Nebraska Biocontainment Unit Shares Protocol for Ebola Patient Discharge, Environmental Disinfection


The Nebraska Biocontainment Unit (NBU), located at the Nebraska Medical Center, has shared its protocol for Ebola patient discharge, handling a patient’s body after death and environmental disinfection in the March 2015 issue of the American Journal of Infection Control.

Discharge process for a patient treated for EVD
Patients are discharged after two consecutive blood samples taken 24 hours apart are confirmed undetectable for Ebola virus disease (EVD). After all surfaces are cleaned and mopped by healthcare workers, the patient dons a clean, disposable gown and takes a 10-minute chlorhexidine-gluconate shower. While showering, the path the patient walked to the shower is mopped with hospital-grade disinfectant. Then the patient dons another clean, disposable gown with shoe covers and is met by a healthcare worker in full personal protective equipment (PPE) who escorts the patient to the NBU exit corridor. Here the patient undergoes another 10-minute CHG shower before changing into clean street clothes and leaving the facility.

Body removal for a patient with EVD
After a patient with EVD dies, the patient is identified by a family member through a video link and then healthcare workers place dressings over the body and wrap it in bed sheets. The body is then moved to a double heat sealed, biosafety level 4 containment bag, and the bag and the bed are then disinfected with bleach. Two healthcare workers in PPE transfer the body into two 18-mil-thick leak-proof, laminated vinyl bags and close, seal and disinfect the bags. This process is repeated with a second, identical vinyl bag before the body is removed from the hospital to the funeral home, where, after receiving permission from the family, it is cremated.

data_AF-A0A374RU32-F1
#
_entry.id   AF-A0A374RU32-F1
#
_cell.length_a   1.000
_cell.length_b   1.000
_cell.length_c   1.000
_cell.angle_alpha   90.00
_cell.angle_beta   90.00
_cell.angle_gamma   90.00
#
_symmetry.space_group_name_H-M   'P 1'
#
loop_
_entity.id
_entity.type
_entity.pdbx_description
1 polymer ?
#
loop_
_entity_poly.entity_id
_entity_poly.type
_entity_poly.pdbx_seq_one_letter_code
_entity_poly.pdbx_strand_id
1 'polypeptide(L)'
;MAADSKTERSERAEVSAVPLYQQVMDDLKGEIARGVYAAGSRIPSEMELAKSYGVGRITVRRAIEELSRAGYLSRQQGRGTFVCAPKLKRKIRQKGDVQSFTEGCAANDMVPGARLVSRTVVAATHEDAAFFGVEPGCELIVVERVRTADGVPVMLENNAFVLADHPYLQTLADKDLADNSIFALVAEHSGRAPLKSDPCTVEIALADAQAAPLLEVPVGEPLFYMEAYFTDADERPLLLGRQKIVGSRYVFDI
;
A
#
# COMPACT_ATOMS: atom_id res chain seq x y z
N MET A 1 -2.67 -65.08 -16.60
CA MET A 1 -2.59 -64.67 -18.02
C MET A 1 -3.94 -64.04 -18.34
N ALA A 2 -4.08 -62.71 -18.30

Environmental decontamination of isolation unit
After discharge, the patient room is cleared of linen and solid waste by personnel in full PPE and the unit is sealed and left undisturbed for 48 hours while 15-19 high-efficiency particulate absorption-filtered air exchanges per hour flow throughout the unit to promote desiccation of EVD. Healthcare workers then decontaminate the unit via manual disinfection and ultraviolet germicidal irradiation (UVGI). All floors are mopped twice with hospital-grade disinfectant and medical equipment is disinfected according to manufacturer recommendations. Four UVGI generators are used as a final step after all surfaces have been bleach wiped, clustering multiple generators around equipment to reduce shadows. After UVGI, the unit is sealed once again for 48 hours to promote further desiccation. After this, the unit is deemed safe for entry without PPE.

“We acknowledge that our cleaning procedures go well beyond what is required to return the patient care area back to a safe environment,” state the study authors. “However, given the morbidity and mortality of EVD, and the misinformation regarding the spread of the Ebola virus, our additional cleaning measures represent a cost-effective way to ensure safety and address public perception.”

Source: Association for Professionals in Infection Control and Epidemiology (APIC)

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